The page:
Wildcats lose to Buckeyes on Sullinger's last-second layup
    Photography by Natalie Krebs / North by Northwestern.

    So close.

    These words have defined Northwestern’s season thus far and defined the Wildcats' 75-73 loss to Ohio State Wednesday. After erasing a 13-point second-half lead and negating Ohio State’s mastery of the backboards with precision from beyond the arc, Northwestern fell in the final seconds to the No. 11 Buckeyes on Senior Night. An upset that would have virtually secured the Wildcats a spot in the NCAA Tournament for the first time in school history became a symbol of Northwestern’s heart-breaking struggle in the blink of an eye.

    Spotty early shooting and poor post play hurt Northwestern in the first half, as Ohio State was able to pull down 22 rebounds to Northwestern’s five while also scoring 20 points in the paint (11 coming off second-chance opportunities). Northwestern had no second-chance points, but the offense was carried in the first period by forwards John Shurna and Drew Crawford, who scored 13 and eight points, respectively. Ohio State was led by sophomore Deshaun Thomas and sophomore Jared Sullinger, the third-leading scorer in the Big Ten. Sullinger scored 13 points and grabbed eight rebounds while Thomas scored 12 points and tallied five boards.

    The Buckeyes led 39-29 going into the second half, but with the help of sharpshooting from Shurna and Crawford, Northwestern narrowed the Ohio State lead to five points after having been down by as many as 13 points in the period. The Buckeyes then re-established a 12-point lead with 5:39 left to play via a layup by Lenzelle Smith, Jr., but a three-pointer by Alex Marcotullio catalyzed an 11-3 Wildcat run and foreshadowed the final seconds of play.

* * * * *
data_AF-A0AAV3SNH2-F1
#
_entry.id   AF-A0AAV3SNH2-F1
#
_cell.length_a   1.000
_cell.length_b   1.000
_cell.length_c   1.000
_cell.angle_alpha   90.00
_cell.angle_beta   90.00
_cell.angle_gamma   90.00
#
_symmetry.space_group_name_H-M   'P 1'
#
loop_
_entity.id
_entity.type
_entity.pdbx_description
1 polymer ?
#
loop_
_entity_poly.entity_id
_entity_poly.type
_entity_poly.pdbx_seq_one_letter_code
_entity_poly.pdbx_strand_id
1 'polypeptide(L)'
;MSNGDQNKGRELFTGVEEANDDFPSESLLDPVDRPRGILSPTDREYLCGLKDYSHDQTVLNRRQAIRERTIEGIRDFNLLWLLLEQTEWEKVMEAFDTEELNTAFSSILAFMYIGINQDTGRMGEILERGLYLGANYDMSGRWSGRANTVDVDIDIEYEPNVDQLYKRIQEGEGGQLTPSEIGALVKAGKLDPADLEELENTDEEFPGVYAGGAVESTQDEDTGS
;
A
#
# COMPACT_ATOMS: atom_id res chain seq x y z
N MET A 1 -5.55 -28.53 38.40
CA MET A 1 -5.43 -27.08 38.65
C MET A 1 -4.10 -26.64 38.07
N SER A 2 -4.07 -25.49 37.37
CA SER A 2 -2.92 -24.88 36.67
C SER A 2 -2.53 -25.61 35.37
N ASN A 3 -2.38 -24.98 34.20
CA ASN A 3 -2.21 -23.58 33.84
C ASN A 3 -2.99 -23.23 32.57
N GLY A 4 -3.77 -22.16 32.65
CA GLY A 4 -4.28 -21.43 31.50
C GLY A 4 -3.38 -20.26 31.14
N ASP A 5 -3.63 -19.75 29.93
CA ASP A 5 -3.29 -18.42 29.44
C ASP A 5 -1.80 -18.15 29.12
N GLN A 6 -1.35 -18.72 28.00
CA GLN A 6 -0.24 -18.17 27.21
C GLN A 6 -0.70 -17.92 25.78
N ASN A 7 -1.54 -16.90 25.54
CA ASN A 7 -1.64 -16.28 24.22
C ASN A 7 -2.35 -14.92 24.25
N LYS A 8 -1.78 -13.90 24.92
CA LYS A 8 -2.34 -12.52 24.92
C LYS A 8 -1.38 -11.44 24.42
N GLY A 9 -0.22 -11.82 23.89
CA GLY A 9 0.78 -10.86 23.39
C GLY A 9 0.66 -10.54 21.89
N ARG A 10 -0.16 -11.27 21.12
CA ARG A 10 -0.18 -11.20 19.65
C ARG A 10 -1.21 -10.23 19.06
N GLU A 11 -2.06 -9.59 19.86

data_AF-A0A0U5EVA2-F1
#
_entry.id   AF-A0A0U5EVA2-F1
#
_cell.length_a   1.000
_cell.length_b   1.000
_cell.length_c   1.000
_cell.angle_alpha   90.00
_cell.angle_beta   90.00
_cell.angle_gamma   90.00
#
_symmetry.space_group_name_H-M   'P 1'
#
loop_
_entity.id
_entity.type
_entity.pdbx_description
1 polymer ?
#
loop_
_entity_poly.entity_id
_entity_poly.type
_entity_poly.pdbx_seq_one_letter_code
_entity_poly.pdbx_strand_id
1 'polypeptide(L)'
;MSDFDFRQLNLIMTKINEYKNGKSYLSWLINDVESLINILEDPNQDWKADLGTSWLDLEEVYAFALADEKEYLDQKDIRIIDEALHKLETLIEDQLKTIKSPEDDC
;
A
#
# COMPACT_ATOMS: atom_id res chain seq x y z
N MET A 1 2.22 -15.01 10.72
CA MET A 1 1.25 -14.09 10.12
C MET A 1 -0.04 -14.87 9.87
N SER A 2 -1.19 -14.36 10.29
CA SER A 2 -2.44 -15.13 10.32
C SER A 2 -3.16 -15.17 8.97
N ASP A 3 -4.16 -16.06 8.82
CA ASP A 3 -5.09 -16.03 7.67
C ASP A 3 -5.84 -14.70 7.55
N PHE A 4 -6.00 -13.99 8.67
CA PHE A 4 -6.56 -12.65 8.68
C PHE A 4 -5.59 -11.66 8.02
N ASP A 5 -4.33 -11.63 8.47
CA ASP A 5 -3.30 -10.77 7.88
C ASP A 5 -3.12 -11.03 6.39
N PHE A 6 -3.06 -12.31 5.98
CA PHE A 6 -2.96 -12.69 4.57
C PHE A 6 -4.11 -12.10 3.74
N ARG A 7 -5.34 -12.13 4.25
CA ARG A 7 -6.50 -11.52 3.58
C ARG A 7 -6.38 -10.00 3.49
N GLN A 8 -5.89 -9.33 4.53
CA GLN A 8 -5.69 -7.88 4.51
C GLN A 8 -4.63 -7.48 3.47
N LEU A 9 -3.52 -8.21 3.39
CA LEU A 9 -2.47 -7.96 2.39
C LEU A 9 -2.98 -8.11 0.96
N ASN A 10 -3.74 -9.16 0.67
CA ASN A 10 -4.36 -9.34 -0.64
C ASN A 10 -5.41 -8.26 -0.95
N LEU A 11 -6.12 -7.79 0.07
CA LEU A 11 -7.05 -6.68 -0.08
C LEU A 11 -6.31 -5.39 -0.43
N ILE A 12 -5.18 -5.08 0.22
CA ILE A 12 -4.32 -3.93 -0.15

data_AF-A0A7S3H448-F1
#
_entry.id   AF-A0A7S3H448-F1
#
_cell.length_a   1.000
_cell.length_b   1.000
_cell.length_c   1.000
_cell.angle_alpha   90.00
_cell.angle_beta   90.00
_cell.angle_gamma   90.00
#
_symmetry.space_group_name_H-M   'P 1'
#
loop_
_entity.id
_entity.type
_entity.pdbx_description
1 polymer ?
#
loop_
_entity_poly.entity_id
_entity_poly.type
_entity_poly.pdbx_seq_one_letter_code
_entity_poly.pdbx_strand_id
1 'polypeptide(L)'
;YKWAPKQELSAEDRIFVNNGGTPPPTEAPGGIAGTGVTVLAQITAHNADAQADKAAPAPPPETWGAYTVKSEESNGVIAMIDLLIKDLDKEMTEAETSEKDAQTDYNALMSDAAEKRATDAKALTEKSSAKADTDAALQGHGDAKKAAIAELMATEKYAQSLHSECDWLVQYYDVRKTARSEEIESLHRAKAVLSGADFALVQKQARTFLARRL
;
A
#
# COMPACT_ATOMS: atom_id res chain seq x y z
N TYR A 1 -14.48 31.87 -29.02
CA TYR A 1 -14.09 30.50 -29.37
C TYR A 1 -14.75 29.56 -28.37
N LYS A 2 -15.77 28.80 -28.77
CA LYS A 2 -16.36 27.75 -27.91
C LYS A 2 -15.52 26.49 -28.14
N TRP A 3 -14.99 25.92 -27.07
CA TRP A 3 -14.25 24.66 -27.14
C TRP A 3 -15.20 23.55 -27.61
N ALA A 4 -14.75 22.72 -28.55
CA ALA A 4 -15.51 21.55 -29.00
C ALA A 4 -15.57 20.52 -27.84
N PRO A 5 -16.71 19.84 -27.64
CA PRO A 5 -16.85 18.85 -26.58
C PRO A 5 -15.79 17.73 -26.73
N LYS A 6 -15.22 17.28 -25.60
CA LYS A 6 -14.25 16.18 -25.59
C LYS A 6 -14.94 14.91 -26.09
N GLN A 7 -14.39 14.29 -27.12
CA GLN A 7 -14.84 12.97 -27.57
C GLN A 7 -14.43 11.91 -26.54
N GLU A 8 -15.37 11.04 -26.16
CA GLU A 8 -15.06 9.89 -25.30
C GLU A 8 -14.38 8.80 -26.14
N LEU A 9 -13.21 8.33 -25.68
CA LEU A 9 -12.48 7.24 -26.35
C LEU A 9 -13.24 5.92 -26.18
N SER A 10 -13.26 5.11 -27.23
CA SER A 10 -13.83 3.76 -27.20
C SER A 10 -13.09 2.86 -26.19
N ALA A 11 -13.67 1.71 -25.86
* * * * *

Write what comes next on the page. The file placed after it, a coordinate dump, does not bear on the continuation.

The score stood at 70-61 after Marcotullio cut the Buckeye lead to nine. After an Ohio State miss, Crawford grabbed the defensive rebound. John Shurna was fouled on the ensuing possession and made both free throws, bringing the score to 70-63.

    A steal by Crawford led to a series of turnovers that Reggie Hearn ended with a layup. After that came offsetting threes by Ohio State’s Thomas and NU freshman Dave Sobolewski. After a steal by Sobo, JerShon Cobb was fouled and made both free throws, reducing OSU’s lead to just three points.

    After an Ohio State turnover with 41 seconds left in the game, Hearn missed a jump shot and Thomas subsequently lost the rebound after Cobb stripped him from behind. Northwestern called time out, and when play resumed Alex Marcotullio hit a three-pointer from 25 feet out with 7.1 seconds left, tying the game at 73. Welsh-Ryan was rocking and the Wildcats were one point away from history.

    Following another time out, Ohio State inbounded the ball to sophomore guard Aaron Craft. Craft dished the ball to Sullinger, who converted an easy layup to put the Buckeyes up by two points with 3.1 seconds left. 

    On the Wildcats’ last possession, Shurna stormed along the sideline and thrust the ball towards the hoop from 40 feet out – the last shot at Welsh-Ryan of his career. Wildcats fans held their breath as the shot sailed through the air before bouncing off the front of the rim. Northwestern fell to the Buckeyes 75-73.